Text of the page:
California’s Department of Toxic Substances Control (DTSC) has released a report indicating that many salon-used nail polishes labeled “non-toxic” actually contain harmful levels of toxins tied to asthma, birth defects, and developmental problems.
After analyzing a random sample of 25 nail polishes from salons in the San Francisco area, scientists say more than half of the products tested positive for dangerous concentrations of toluene, dibutyl phthalate (DBP), and formaldehyde, three chemicals christened the “toxic trio.”
While the agents aren’t illegal to use when clearly identified on products, mislabeling goods as “non-toxic” counts as a violation of California law that mandates “the disclosure of harmful chemicals in consumer products.” It remains unknown whether the state attorney general plans to pursue legal action, which would result in fines for violating companies.
According to the Associated Press, the offenders include: Sation 99 basecoat, Sation 53 red-pink nail color, Dare to Wear nail lacquer, Chelsea 650 Baby’s Breath Nail Lacquer, New York Summer Nail Color, Paris Spicy 298 nail lacquer, Sunshine nail lacquer, Cacie Light Free Gel Basecoat, Cacie Sun Protection Topcoat, Golden Girl Topcoat, Nail Art Top-N-Seal, and High Gloss Topcoat.
The polishes are not sold in retail stores, making salon employees the most vulnerable to the toxic trio’s side effects. Currently, however, the DTSC still lacks enough information to determine the number of people currently exposed to the risk.
“We know there are exposures at salons, both to workers and customers, and we’re concerned about potential harm,” said Karl Palmer, the DTSC’s pollution prevention performance manager who oversaw the report. “Our strategy first and foremost is to shed light on the reality of what’s in these products and put this information out to everyone.”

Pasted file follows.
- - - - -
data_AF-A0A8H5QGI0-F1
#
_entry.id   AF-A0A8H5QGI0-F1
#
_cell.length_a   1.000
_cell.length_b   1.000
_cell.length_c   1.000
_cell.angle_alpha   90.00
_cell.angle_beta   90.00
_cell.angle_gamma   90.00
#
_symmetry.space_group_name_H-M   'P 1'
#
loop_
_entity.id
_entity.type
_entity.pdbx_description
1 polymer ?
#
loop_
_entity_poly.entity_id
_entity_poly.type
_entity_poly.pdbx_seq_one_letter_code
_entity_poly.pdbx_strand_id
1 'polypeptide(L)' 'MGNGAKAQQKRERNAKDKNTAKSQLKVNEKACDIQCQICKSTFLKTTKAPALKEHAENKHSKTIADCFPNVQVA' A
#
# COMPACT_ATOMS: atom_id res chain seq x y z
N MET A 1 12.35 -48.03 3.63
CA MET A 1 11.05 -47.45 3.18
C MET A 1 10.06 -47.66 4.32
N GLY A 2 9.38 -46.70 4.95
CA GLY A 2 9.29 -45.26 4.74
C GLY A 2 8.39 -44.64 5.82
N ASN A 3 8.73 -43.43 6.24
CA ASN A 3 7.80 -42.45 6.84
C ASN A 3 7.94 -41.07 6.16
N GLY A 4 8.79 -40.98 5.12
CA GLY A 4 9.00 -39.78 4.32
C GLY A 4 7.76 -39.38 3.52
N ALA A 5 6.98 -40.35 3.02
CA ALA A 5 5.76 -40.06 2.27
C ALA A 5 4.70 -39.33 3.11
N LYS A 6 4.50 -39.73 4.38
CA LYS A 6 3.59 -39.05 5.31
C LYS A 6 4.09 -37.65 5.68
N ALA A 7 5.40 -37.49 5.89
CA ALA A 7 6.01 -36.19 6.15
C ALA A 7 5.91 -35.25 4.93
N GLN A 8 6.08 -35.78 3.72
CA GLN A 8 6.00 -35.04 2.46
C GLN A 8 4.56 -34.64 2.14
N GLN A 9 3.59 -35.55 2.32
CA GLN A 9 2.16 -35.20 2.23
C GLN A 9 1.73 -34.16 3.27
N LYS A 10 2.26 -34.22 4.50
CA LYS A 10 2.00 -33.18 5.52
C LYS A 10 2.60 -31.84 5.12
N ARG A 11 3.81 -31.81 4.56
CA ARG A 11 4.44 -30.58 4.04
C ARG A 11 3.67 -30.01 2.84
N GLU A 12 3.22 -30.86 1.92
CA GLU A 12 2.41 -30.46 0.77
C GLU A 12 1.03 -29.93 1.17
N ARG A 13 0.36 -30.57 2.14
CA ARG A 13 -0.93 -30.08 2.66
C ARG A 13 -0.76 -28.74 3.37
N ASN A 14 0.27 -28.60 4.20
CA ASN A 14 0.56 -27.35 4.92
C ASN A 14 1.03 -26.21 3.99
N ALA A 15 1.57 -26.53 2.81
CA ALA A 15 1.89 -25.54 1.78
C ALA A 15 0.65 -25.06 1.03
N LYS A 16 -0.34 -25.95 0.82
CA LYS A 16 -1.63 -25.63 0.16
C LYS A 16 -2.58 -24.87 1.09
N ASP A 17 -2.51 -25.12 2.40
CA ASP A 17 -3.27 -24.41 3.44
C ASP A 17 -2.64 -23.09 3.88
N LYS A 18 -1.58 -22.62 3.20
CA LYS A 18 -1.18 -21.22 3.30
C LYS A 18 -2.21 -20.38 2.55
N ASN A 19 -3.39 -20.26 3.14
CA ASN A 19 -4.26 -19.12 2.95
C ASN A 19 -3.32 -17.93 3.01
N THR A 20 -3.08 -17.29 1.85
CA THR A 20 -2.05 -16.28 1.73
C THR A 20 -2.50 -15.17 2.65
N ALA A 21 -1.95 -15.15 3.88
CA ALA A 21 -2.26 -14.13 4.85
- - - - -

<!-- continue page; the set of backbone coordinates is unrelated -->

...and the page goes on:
Other experts contend that manufacturers’ false claims mislead consumers’ health decisions, trampling upon their rights and safety.
“Many salons choose brands that do not contain toluene and dibutyl phthalate as a way to protect workers and customers from potentially harmful exposure to these chemicals,” comments Julia Liou, of the National Healthy Nail and Beauty Salon Alliance. “The misbranding of products is not only a major public health problem, but also interferes with a salon worker’s right to a safe and healthy work environment.”
Yet as legal and consumer outrage mounts, some nail polish manufacturers are defending their practices.
“We will look at the report and challenge it,” said Mike Vo, vice president of Miss Professional Nail Products Inc., the company that fabricates Sation products.
In the meantime, activists are fighting a battle of their own, urging consumers to sign a petition addressed to Dr. Ron Chapman, Director of the California Department of Public Health, aimed at passing more stringent rules on product manufacturers. Anyone wishing to sign the petition can do so here:
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